I teach middle school. It’s the kind of thing that people respond to in either two ways: “Oh, GOD! That’s terrible. What hell!” or “Ugh, that must be really hard.” Yeah, I think it speaks to people’s general feelings about puberty and adolescent hell that I strangely didn’t really harbor. High school scarred me to no end, but I remember middle school mainly through the grateful eyes of a choir kid who loved her choir teacher a lot. Being in an a capella choir in middle school that competed and toured was an amazing experience, and it became a kind of social therapy for a painfully shy girl to become more brave.

But as a teacher there are few moments that I really get to appreciate the work that I do and how it reflects outside of the walls of my classroom. One thing that a parent said to me really struck me as the reason why I do what I do now. She told me that under my tutelage, her daughter has read more books than ever before and absolutely adores me. So yeah, I got a little verklempt. I felt a little proud, and more than that, I understood ways that I could help spread a little book reading magic.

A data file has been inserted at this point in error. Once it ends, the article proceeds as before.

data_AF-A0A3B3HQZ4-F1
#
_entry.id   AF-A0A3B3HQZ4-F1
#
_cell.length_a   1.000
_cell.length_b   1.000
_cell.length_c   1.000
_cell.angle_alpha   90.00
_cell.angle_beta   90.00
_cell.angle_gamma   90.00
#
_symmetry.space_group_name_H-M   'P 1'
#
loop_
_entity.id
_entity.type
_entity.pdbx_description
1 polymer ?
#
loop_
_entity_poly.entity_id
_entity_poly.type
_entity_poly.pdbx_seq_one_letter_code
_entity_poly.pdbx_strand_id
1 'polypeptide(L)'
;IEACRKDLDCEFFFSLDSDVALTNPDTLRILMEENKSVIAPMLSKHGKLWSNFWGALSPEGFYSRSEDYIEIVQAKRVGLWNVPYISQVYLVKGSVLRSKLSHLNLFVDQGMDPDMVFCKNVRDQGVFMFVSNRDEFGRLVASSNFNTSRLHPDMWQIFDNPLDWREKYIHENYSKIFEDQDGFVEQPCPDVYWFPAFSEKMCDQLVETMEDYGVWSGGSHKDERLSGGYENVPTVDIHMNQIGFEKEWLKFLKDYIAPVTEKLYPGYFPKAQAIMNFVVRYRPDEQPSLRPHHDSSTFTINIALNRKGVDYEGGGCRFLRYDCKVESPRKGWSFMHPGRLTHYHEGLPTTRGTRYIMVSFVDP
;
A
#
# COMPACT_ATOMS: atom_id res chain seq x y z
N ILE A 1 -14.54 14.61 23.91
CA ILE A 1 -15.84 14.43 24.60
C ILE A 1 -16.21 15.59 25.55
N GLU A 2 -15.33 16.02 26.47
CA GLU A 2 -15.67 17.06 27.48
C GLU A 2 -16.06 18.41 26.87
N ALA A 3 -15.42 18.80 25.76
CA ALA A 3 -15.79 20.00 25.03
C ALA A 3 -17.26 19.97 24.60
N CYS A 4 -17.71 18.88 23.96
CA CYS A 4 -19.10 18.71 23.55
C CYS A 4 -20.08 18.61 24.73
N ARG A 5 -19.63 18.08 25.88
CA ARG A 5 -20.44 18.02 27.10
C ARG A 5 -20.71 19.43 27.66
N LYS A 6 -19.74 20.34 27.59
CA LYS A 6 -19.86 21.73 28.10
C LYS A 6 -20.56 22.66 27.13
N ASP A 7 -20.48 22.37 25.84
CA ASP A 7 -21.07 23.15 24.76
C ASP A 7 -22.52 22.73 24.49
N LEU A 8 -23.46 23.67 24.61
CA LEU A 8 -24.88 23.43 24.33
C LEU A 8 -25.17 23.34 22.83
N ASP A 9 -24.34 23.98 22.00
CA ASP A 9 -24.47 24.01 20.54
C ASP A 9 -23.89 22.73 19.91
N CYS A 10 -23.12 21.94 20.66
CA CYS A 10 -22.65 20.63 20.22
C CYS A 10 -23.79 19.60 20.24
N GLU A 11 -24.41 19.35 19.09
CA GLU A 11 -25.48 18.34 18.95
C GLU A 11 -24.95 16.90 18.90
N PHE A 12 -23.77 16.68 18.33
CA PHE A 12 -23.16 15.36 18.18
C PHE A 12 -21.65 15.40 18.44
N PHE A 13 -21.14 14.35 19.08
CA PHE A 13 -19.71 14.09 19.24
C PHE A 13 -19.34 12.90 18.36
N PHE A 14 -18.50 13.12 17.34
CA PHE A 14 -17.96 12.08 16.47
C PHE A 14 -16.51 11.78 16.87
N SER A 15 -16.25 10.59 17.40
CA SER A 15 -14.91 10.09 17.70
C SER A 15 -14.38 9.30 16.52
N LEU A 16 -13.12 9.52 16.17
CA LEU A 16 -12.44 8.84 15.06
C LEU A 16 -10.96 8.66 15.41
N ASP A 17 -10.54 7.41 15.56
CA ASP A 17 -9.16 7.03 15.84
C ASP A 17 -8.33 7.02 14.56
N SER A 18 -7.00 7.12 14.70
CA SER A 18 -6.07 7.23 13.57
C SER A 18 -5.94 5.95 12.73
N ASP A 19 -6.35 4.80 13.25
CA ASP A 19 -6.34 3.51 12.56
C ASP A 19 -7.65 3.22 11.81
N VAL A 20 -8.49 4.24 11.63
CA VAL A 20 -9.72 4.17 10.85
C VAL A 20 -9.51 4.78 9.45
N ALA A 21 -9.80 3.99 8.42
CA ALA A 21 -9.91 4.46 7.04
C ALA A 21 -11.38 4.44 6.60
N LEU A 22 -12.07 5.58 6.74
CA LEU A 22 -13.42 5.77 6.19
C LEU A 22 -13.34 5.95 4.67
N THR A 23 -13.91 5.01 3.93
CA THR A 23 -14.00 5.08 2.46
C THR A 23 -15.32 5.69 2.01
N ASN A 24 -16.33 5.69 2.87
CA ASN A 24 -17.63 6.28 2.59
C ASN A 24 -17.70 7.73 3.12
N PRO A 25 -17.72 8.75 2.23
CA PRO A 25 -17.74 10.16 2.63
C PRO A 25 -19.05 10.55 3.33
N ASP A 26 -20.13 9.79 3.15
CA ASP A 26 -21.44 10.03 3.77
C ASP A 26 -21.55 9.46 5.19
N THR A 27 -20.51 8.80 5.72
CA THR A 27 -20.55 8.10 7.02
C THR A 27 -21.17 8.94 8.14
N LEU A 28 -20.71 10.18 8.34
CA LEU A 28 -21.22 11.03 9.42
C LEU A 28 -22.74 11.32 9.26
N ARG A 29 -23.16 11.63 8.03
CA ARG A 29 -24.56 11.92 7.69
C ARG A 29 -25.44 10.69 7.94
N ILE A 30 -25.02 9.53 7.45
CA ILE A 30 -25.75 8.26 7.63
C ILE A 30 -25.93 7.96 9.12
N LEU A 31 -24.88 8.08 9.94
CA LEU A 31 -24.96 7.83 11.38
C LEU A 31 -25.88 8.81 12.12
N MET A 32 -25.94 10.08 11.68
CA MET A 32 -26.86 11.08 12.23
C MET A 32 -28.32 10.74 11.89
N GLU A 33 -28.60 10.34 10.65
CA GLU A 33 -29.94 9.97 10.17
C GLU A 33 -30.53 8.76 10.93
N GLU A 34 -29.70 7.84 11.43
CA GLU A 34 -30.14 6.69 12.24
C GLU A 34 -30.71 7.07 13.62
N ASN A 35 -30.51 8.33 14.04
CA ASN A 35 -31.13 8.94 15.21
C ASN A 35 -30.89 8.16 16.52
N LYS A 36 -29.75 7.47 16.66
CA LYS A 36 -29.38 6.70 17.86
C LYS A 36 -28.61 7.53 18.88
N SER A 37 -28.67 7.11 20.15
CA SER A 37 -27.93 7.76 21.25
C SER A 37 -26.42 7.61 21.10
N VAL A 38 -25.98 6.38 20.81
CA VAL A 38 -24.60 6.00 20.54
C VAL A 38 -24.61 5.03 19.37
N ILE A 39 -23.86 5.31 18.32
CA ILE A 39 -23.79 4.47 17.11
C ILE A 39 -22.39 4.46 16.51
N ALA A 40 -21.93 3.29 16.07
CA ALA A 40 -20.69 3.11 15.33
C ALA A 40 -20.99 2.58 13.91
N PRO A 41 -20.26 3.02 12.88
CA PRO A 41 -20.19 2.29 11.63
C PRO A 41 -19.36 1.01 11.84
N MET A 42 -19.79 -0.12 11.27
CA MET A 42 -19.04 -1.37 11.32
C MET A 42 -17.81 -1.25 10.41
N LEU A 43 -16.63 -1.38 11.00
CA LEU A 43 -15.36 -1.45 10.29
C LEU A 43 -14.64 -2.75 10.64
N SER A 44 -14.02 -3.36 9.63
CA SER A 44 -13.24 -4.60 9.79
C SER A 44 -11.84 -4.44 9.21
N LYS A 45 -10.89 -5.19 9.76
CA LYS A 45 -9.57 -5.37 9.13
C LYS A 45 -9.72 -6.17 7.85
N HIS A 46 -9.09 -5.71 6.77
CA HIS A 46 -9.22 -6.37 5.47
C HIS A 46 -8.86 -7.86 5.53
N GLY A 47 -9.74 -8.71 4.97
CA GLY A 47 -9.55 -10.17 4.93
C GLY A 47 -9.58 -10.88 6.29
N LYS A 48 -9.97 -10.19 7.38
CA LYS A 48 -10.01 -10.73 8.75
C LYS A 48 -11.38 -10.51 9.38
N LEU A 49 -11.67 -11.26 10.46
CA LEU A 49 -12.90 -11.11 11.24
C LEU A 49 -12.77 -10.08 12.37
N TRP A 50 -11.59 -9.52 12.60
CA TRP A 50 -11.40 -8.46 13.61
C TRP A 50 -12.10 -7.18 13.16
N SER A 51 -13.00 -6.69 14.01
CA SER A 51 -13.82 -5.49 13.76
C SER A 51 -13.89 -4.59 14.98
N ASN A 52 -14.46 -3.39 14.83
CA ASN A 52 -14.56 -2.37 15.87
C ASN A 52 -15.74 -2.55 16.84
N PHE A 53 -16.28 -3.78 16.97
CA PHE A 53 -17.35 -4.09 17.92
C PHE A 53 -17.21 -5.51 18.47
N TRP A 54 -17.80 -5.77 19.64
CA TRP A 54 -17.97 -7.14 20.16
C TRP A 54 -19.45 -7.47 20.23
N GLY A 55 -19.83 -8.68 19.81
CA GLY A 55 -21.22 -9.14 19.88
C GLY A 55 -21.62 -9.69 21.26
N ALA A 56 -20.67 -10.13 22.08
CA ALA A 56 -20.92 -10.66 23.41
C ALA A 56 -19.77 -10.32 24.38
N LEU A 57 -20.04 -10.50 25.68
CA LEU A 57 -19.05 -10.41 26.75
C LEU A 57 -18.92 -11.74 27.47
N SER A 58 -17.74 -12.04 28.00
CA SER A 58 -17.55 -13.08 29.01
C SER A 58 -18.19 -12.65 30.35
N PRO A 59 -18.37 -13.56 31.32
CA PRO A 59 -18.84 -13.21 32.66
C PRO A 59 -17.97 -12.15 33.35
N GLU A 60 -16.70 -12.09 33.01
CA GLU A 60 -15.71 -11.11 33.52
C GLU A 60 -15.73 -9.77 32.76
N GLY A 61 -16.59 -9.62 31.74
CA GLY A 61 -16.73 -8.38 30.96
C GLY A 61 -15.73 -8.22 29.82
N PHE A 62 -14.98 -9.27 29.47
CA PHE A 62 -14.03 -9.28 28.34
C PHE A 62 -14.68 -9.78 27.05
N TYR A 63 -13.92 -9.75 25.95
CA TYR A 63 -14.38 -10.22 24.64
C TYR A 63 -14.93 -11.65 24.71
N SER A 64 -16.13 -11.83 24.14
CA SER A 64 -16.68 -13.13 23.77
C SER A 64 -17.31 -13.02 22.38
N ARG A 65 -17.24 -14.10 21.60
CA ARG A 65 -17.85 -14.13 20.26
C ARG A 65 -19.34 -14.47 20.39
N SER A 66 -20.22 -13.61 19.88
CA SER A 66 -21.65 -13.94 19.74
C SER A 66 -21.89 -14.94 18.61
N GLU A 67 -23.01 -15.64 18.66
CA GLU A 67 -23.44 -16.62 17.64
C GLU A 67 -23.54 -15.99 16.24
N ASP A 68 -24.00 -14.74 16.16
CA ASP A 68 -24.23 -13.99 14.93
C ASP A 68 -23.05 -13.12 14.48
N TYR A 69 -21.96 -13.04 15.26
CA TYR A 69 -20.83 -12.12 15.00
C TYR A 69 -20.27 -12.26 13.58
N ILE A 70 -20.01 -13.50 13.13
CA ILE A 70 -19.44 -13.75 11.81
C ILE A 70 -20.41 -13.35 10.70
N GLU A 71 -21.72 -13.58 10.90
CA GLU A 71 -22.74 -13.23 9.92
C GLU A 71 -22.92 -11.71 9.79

I get that teaching writing and other skills in the English classroom is important, but if anything, I want kids today to walk away with a book they love, any book, any genre, any length. Just a book that makes them think more, escape a little, cry and laugh a little, and hope against hope that the protagonist makes it out of that trap alive. For me, empathy and reading go hand in hand. We get to read about how other people are living, are surviving, are becoming who they want to be. Maybe that’s why I like YA books so much.

But for all the horror that I get when I tell people I teach middle school, I wish I could put them in my place when a parent tells them that their kid has read more books this year, and it was because of you.

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